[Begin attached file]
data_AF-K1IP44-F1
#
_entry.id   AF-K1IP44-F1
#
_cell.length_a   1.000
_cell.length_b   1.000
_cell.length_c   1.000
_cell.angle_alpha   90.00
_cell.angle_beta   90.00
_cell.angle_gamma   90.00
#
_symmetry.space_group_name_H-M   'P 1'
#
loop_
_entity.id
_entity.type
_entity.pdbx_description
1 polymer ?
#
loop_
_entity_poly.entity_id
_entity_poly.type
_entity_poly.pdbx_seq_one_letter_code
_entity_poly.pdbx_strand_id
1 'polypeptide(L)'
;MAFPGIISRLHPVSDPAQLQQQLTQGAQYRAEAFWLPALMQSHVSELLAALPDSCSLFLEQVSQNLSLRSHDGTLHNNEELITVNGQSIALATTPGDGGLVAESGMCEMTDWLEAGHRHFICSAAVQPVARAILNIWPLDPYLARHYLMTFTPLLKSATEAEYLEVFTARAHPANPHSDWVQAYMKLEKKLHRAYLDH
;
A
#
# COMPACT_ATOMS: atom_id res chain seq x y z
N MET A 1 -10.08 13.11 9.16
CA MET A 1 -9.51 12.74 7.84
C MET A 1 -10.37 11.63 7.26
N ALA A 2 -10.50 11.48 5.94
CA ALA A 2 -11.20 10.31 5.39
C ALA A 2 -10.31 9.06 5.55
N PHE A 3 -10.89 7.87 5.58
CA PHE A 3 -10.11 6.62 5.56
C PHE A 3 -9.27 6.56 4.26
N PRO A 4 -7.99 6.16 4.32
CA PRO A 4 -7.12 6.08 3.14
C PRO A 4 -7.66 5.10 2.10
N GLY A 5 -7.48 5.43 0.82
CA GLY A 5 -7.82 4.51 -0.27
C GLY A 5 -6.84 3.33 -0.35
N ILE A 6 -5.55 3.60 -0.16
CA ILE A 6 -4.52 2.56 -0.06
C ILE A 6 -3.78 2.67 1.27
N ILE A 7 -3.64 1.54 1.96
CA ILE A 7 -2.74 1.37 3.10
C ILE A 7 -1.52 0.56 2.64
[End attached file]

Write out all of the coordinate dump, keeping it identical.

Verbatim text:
data_AF-K1IP44-F1
#
_entry.id   AF-K1IP44-F1
#
_cell.length_a   1.000
_cell.length_b   1.000
_cell.length_c   1.000
_cell.angle_alpha   90.00
_cell.angle_beta   90.00
_cell.angle_gamma   90.00
#
_symmetry.space_group_name_H-M   'P 1'
#
loop_
_entity.id
_entity.type
_entity.pdbx_description
1 polymer ?
#
loop_
_entity_poly.entity_id
_entity_poly.type
_entity_poly.pdbx_seq_one_letter_code
_entity_poly.pdbx_strand_id
1 'polypeptide(L)'
;MAFPGIISRLHPVSDPAQLQQQLTQGAQYRAEAFWLPALMQSHVSELLAALPDSCSLFLEQVSQNLSLRSHDGTLHNNEELITVNGQSIALATTPGDGGLVAESGMCEMTDWLEAGHRHFICSAAVQPVARAILNIWPLDPYLARHYLMTFTPLLKSATEAEYLEVFTARAHPANPHSDWVQAYMKLEKKLHRAYLDH
;
A
#
# COMPACT_ATOMS: atom_id res chain seq x y z
N MET A 1 -10.08 13.11 9.16
CA MET A 1 -9.51 12.74 7.84
C MET A 1 -10.37 11.63 7.26
N ALA A 2 -10.50 11.48 5.94
CA ALA A 2 -11.20 10.31 5.39
C ALA A 2 -10.31 9.06 5.55
N PHE A 3 -10.89 7.87 5.58
CA PHE A 3 -10.11 6.62 5.56
C PHE A 3 -9.27 6.56 4.26
N PRO A 4 -7.99 6.16 4.32
CA PRO A 4 -7.12 6.08 3.14
C PRO A 4 -7.66 5.10 2.10
N GLY A 5 -7.48 5.43 0.82
CA GLY A 5 -7.82 4.51 -0.27
C GLY A 5 -6.84 3.33 -0.35
N ILE A 6 -5.55 3.60 -0.16
CA ILE A 6 -4.52 2.56 -0.06
C ILE A 6 -3.78 2.67 1.27
N ILE A 7 -3.64 1.54 1.96
CA ILE A 7 -2.74 1.37 3.10
C ILE A 7 -1.52 0.56 2.64